Tuesday, March 25, 2008

Eighty percent of Sheriff's deportations are for misdemeanors

287(g) program called a "clumsy tool," hurts integration

Dangerous criminal offenses are not the main cause for deportation under the Davidson County Sheriff's Office's year-old program to enforce immigration law - called "287(g)." Here is an excerpt from last year's interview with Davidson County Sheriff Daron Hall by the Hispanic Nashville Notebook:
HNN: Will there be any evaluation of whether 287(g) catches more dangerous criminals than ordinary immigrants, or vice versa? Would you be able to guess now what those statistics would look like?

Davidson County Sheriff Daron Hall: I won’t predict what any stats will look like, but we do plan to keep extensive, detailed statistics.
Here is the news from an article in the Tennessean today:
[A]ccording to statistics from the Davidson County Sheriff's Office, about 80 percent of those processed for deportation hearings were arrested on misdemeanor charges. Of those, about 40 percent were arrested on traffic offenses such as driving without a license.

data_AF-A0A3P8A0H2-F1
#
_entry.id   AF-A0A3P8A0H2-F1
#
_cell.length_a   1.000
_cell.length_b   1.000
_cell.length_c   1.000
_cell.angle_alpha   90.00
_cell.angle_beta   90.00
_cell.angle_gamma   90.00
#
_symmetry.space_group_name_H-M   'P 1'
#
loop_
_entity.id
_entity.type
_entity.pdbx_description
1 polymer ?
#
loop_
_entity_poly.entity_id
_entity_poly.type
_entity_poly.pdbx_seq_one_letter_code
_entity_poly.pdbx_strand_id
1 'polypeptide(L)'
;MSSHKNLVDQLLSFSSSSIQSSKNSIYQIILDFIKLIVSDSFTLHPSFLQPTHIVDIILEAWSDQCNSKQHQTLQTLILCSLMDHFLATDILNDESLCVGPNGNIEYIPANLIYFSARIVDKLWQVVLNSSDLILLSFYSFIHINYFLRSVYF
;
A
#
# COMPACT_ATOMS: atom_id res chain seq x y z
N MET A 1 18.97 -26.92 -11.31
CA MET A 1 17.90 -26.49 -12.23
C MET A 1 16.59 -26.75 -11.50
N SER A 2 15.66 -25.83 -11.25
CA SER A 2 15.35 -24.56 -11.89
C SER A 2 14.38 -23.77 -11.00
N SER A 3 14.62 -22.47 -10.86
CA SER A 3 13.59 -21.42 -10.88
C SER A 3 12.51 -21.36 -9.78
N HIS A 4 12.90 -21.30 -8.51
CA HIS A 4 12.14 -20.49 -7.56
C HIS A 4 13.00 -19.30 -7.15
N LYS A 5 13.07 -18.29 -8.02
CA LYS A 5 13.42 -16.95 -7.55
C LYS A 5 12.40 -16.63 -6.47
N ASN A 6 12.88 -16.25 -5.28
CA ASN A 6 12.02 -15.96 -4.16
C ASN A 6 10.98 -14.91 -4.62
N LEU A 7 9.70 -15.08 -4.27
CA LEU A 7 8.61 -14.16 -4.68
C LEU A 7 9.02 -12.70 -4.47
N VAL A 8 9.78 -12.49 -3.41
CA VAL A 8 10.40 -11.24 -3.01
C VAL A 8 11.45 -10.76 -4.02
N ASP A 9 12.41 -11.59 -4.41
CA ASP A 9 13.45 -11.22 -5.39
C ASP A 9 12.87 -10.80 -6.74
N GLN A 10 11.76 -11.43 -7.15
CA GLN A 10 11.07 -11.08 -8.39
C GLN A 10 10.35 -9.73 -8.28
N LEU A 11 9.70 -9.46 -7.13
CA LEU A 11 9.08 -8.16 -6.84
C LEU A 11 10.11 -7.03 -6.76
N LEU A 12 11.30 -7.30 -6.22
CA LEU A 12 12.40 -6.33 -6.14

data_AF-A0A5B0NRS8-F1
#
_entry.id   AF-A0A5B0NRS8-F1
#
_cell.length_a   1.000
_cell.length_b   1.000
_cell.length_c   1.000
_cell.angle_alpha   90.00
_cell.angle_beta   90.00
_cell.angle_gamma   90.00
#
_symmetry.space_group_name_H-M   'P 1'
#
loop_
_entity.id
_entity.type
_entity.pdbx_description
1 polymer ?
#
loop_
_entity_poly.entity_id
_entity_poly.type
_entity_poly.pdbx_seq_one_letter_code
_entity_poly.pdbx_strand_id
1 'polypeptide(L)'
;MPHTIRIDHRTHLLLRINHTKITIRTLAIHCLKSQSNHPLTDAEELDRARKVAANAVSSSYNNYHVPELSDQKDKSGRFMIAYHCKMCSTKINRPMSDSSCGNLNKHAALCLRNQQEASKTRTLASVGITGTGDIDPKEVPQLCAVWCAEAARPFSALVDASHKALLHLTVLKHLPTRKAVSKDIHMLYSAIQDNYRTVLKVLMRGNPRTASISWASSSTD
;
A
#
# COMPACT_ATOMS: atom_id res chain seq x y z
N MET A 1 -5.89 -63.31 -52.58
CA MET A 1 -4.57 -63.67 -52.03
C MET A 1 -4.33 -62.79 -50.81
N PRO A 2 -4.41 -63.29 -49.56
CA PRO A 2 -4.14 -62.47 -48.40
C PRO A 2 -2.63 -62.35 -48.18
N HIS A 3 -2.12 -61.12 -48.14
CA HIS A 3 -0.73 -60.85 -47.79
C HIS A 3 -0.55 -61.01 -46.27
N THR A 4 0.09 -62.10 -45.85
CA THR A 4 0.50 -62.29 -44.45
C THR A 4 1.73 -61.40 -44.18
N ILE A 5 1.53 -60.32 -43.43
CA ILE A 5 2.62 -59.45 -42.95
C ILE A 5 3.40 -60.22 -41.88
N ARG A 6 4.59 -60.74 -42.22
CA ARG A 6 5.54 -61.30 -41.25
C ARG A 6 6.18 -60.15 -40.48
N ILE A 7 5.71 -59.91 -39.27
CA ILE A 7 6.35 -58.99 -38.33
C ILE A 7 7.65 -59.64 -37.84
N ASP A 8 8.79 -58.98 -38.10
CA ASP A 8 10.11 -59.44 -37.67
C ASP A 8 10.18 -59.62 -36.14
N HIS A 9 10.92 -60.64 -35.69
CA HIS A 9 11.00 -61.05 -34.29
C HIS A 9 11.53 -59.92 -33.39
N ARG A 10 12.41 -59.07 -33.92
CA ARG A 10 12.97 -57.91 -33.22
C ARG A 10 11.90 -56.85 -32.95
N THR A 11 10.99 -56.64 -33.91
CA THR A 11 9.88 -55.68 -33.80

Catalina Nieto, public awareness coordinator for the Tennessee Immigrant and Refugee Rights Coalition, said that she commends any program that removes dangerous criminals from the streets but that the screening program is a "clumsy tool" to do that.
Although many bemoan the failure of certain immigrants to integrate, one of Nieto's colleagues pointed out in today's Nashville City Paper that 287(g) is one of the many citizen-led programs that has led to increased, not decreased, isolation of immigrants:
“This program has had a very chilling effect on the immigrant community and immigrant community members are much less willing to interact with the broader community,” said Stephen Fotopulos, policy director for the Tennessee Immigrant and Refugee Rights Coalition.
Photo by Christine. Licensed under Creative Commons.

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